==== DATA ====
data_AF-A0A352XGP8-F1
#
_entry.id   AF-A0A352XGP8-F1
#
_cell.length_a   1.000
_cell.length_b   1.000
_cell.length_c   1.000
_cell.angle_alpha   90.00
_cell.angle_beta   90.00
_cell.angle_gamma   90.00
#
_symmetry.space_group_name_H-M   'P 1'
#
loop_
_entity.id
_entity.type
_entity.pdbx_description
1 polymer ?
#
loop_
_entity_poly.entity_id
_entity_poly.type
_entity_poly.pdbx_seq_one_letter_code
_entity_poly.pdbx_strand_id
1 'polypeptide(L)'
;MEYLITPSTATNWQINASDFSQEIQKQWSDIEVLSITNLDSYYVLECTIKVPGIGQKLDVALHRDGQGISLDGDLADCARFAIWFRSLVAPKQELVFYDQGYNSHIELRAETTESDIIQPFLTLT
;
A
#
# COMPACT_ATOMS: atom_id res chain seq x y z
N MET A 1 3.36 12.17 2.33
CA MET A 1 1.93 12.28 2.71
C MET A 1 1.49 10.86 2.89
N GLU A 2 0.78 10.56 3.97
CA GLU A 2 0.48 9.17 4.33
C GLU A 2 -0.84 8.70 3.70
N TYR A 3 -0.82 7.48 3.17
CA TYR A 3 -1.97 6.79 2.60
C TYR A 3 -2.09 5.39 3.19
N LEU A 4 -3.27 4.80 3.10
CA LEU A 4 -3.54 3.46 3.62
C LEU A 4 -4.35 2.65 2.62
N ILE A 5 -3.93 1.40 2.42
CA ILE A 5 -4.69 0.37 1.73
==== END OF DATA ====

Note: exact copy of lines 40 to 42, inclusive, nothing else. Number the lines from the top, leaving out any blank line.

N LEU A 4 -3.27 4.80 3.10
CA LEU A 4 -3.54 3.46 3.62
C LEU A 4 -4.35 2.65 2.62